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September 22, 2008 | by  | in Opinion |
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Desire and Consuption

I was talking to my neighbour on the weekend, about how lucky we really are in this country. He’s a development economist, with a hot wife (more on that later) and has spent much of his time and career observing real poverty. In a developed country such as New Zealand, every basic need is covered. Food, sanitation, sleep, clothing and shelter. We all have these. Well, Brother thinks the last two are optional… but once there’s a DVD player in every house, most material needs are pretty well covered.

We live without fear of serious threats to our material wellbeing, what more is there for us to want? Plenty, as should be obvious: sex, emotional fulfilment, and social acceptance. All of which are worthwhile. So it is only natural that the makers and sellers of products would seek to connect our needs for these things with the products they sell.

Our economic system would collapse without constant growth. Even the Great Depression was not a contraction of the world economy, but a slowing of the world growth rate to 1%. A drop in the mechanism of consumption sends great nations into recession. Which of New Zealand’s political parties even considers abandoning growth? We have to want more. It is our patriotic and economic duty.

Advertising is the fairytale of capitalism. Once people’s basic needs are looked after, there needs to be advertising for things to be sold. Advertising proceeds wherever capitalism goes, telling stories of better lives. When was the last time you saw something sold through the presentation of life in all its faults? Instead, the situations are idealised, and we are identified with those idealised people doing idealised things. If we consume more, we can come closer to achieving perfection, and fulfilling those deeper needs we have, like love.

This desire for what we do not yet have means that even when we have someone quite lovely beside us, we’re exhorted to want more. Even when we ourselves form the happiness of another, we’re told that we must do more to deserve their love (and by implication, to stop their heart and interest from straying). They say that sex sells. It isn’t sex we are being sold, but the promise of sex, a promise that advertising can never deliver on.

A better set of legs, a better car, better clothing. Most of us are almost constantly victims of desires. But it isn’t an unmediated set of things we are presented with and told are needs, but one that is optimised to create the most consumption. Some of us successfully resist the images we’re presented of ‘better people, made whole through the consumption of items.’ The rest will never be happy, because there is always something that we do not have.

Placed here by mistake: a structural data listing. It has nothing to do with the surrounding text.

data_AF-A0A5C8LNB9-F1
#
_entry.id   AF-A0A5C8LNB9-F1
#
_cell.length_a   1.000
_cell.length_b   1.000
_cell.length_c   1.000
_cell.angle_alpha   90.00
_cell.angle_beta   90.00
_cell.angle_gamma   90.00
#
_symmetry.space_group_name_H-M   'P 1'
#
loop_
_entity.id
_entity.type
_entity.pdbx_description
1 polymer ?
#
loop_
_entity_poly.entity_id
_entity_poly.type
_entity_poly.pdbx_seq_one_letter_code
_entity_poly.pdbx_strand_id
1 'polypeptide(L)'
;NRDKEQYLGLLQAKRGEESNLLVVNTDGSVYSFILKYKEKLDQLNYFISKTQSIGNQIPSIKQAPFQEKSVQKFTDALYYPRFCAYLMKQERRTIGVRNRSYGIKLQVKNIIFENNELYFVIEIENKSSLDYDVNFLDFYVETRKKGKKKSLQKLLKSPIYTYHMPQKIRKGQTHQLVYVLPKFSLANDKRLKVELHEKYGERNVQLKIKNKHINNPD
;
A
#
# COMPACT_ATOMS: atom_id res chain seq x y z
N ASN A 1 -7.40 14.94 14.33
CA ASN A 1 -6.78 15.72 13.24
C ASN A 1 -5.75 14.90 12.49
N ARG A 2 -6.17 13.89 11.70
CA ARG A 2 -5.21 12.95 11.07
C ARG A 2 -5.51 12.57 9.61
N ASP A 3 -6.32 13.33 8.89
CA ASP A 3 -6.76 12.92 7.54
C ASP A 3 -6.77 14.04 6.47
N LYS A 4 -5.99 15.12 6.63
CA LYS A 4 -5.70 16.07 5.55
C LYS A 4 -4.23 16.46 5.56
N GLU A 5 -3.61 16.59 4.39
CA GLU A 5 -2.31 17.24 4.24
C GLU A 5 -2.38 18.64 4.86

Capitalism is the ultimate tease.

Cheating is about taking that idealised other. Lust, desire, raw sexual energy, directed at someone other than the person we’ve agreed to remain faithful to. Not accepting the one we have, who will always have his or her faults, and will never have the perfect breasts or personality. It’s the act of looking lustfully at others while you reluctantly make do with the one you’re with that is so awful about cheating. But this is precisely what advertising is about.

Thou shalt not covet thy neighbour’s hot young wife. Thou shall not have sex with her either. Sometimes cheating is worthwhile, and the benefits promised are real, and other times, there is less than promised. But there is always a cost to making good on this desire, and the same is true of taking the fruits offered by advertisers. Buying more than we strictly need means enslavement to work, debt, and a system where we spend most of our time doing things we rather wouldn’t. In the past they predicted that we would in the future only work a few hours a week, because our needs would be satisfied. We now recognise the stupidity of such predictions. Our ‘needs’ are unlimited.

However, there isn’t much that we can do about the manufacture of desire short of abolishing the capitalist system and replacing it with a system that does not require the production of needs. We have to consciously realise that real desire and sexuality are largely outside of the realm of commerce. It isn’t a life of privation, but one without the constant bombardment of unfulfilled desires.

“Can’t buy me love,” Lennon sang. And he was right. When was the last time you saw love, emotional fulfilment, wisdom, or acceptance advertised?

And this is where Marx (and others) went wrong. With his philosophy of action, and his belief in liberation through production, he seriously thought that if things were organised well enough, and there were enough material goods in the world, we’d essentially be happy. Don’t laugh at him though. There are capitalists who at this very moment believe essentially the same things. Go down to Lambton Quay, or turn on your television if you don’t believe me.

So what do we do? Work out what you need. And realise that other things aren’t necessarily things that you want, but desires that have been presented so many times they’re now imprinted on you as real. We need to be free of this endless desire for more and better things we are sold as a proxy for fulfilment, acceptance, love, sex, and psychological desires. Only then can we spend the rest of our time doing what is really important: engaging with our very human desires which can be fulfilled.

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